1) I love that they are using the compass to show the direction you are pointing. Why the h*** isn’t this in the normal google maps? You have a maps application and you have a compass, what could be more natural than to use them together?
    2) The compass on the G1 isn’t very accurate (use Tracks for 30 seconds to see what I mean). Some of the other standalone compass apps have a calibration function. The compass calibration should be built into the OS. ie, you calibrate once and all of the apps that use the compass are properly calibrated.

  2. Yes, the compass will not work while driving unless the phone is completely flat. If you have the phone mounted on your dash board then the compass points the wrong direction.

    I don’t know why the compass is not included in normal Google Maps. I bet they will add it in a future update.

  3. Another very very good possible use in Australia, is to log all your work related travel.

    This can then be used for your Income Tax claim at the end of the year.

    (Normally people manually add an entry to a logbook each time you travel)

  4. I was excited to see that My Tracks gives you the option to save your tracks to the SD card in either GPX or KML format, which can be used, among other things, to geotag photos (not the ones taken with the phone’s camera, but ones taken with a “real” camera, like my Nikon SLR). I was toying with the idea of buying a separate device to do this, but why spend money on another gadget when my G1 (which I have on me at all times) can do the trick?

    Simply synchronize the clock in your digicam to your phone and you’re all set. There are a bunch of programs for the PC/OS X/Linux that will take saved GPX data and match it to the time code in the metadata in your photos, allowing you to add location information to their EXIF tags.

    I’d messed with EveryTrail in the past trying to record GPX files, but it tries to lock you into its social network, which I have no interest in participating in. My Tracks is a much, much better solution.

  5. Geo tracking is indeed a great way to connect useful geographic information to the web. We provide a similar geodiary service at http://www.mygeodiary.com which allows users to record, annotate with rich media, semantically organize and publish this data to any web site using simple widgets and API. We can data from any device which produces KML, GPX, WSG format files. One of our recording apps is available on Blackberry & will soon be available on Android.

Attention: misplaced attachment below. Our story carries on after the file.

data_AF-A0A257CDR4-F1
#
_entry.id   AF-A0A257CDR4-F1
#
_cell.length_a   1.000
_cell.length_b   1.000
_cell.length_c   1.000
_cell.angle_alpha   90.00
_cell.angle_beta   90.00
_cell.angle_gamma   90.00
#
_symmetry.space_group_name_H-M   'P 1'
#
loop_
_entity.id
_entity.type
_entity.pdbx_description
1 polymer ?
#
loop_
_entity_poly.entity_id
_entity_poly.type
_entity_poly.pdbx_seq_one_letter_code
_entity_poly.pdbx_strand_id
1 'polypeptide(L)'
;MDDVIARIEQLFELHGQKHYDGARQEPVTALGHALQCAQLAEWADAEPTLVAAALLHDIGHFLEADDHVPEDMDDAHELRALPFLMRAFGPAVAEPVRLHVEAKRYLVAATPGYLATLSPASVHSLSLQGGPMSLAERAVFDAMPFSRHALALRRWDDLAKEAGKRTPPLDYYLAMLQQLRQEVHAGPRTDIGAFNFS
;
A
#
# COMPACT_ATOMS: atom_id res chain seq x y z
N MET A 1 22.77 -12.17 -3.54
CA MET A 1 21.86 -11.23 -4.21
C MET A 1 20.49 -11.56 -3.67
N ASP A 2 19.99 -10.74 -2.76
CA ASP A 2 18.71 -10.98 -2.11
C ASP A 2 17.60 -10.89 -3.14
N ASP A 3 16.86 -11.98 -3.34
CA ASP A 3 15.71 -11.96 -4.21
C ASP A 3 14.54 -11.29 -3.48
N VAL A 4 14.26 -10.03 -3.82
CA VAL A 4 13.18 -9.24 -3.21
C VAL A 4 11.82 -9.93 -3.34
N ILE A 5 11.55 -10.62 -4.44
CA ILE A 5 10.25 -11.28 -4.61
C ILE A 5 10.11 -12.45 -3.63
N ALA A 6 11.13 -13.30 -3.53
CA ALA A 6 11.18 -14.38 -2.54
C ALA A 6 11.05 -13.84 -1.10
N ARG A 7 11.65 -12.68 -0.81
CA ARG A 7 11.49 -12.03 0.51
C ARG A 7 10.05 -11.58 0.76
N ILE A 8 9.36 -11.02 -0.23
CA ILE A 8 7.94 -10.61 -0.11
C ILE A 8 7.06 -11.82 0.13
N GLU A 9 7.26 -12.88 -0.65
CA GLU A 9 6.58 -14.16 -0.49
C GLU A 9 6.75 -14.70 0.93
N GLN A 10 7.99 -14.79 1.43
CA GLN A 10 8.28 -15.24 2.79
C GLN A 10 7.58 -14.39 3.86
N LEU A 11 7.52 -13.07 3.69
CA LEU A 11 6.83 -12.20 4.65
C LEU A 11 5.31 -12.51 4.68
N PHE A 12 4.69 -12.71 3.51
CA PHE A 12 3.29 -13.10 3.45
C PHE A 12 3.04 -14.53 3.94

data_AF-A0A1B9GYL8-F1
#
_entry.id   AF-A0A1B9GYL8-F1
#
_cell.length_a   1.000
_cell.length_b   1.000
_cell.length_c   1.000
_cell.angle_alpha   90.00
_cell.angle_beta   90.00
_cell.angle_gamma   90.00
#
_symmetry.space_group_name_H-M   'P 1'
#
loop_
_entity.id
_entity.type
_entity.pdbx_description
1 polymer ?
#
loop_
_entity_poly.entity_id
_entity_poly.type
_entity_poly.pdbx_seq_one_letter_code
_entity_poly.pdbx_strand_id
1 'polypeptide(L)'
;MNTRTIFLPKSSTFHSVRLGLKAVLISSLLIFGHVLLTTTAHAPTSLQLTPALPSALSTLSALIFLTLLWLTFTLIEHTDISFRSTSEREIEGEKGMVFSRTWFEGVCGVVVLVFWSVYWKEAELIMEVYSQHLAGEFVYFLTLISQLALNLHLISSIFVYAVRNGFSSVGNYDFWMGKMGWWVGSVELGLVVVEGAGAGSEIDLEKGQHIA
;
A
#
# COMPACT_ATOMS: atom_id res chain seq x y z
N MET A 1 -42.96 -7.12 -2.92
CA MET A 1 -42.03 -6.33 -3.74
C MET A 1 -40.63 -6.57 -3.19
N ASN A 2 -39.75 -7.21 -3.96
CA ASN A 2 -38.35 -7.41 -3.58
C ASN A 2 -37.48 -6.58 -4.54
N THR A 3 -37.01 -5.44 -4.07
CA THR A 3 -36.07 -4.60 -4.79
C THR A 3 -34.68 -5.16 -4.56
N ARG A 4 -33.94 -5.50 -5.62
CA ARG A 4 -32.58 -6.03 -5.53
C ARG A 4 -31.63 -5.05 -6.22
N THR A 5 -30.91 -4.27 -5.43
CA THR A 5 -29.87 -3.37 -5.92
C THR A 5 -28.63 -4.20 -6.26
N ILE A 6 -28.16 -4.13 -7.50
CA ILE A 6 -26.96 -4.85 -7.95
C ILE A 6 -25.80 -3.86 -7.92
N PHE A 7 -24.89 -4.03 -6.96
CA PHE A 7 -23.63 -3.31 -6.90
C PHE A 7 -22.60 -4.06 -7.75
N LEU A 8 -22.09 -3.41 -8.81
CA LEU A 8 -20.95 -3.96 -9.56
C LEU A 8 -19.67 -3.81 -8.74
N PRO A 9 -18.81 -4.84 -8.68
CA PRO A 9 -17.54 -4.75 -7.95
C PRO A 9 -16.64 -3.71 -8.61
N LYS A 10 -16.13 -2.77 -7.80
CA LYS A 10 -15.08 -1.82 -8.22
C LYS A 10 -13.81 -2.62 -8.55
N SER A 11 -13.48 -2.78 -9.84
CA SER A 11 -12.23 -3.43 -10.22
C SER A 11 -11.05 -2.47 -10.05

The best part of a Android MyTracks or Abaqus myGeoDiary type app is the rich semantics you can derive from a journal of your travels. I have been recording over a year now and the patterns that emerge are very telling.

  6. The new “my tracks” app looks really cool! I have been using the app CardioTrainer for a couple months and then sharing by exporting into my maps (CT provides an exportable kml that you can send to my maps — same place as my tracks). Just wondering if anybody has used both apps? …I feel like CardioTrainer is more for actual training and my tracks is just a GREAT standard gps tracking app. They’re both in the Lifestyles section of the market. What do you think?!

    here’s a link to the CardioTrainer page incase you want to give that a try too!
    ..i find the CardioTrainer audio cues really helpful during a long run!

  7. Does this app have a map tiles cache ? Or is there any other GPS Tracking app for android which has some cache because in the places I go with my bike I don't have any GSM / Data connection ??

  8. Maybe I am expecting too much. I've tried to record my route to work and it seems like MyTracks can't keep up or it's fighting to gain control of the GPS. It won't record the track. It does measure the other stuff like speed and distance however.

  9. Suddenly I can no longer send my tracks to google docs. I get an error message every time. It does send to maps, but no data in docs. It worked two days ago, now it doesn't. Any suggestions? I have uninstalled the program and reinstalled to no avail.

  10. I have been completely through the FAQ and cannot find how to attach the actual track locations that have been recorded to a gmail to send the KML file to my server where I want to run a small app for connecting the coordinate locations to the locations where I took pictures while going along the track.

    When I say to send the “file” to gdocs, it seems to only send the summary file, not the complete KML file.

    Is there a way to do this.

    Thank you.


    • Never mind, turns out you apparently can’t do that with a .kml file, it has to be done with a .gpx file. ;~( I already have the little app to convert from .kml to conform to the information from my camera. Back to rewriting. ;~(


  11. I like that you can make way points along your route, but how can you add a picture to the way point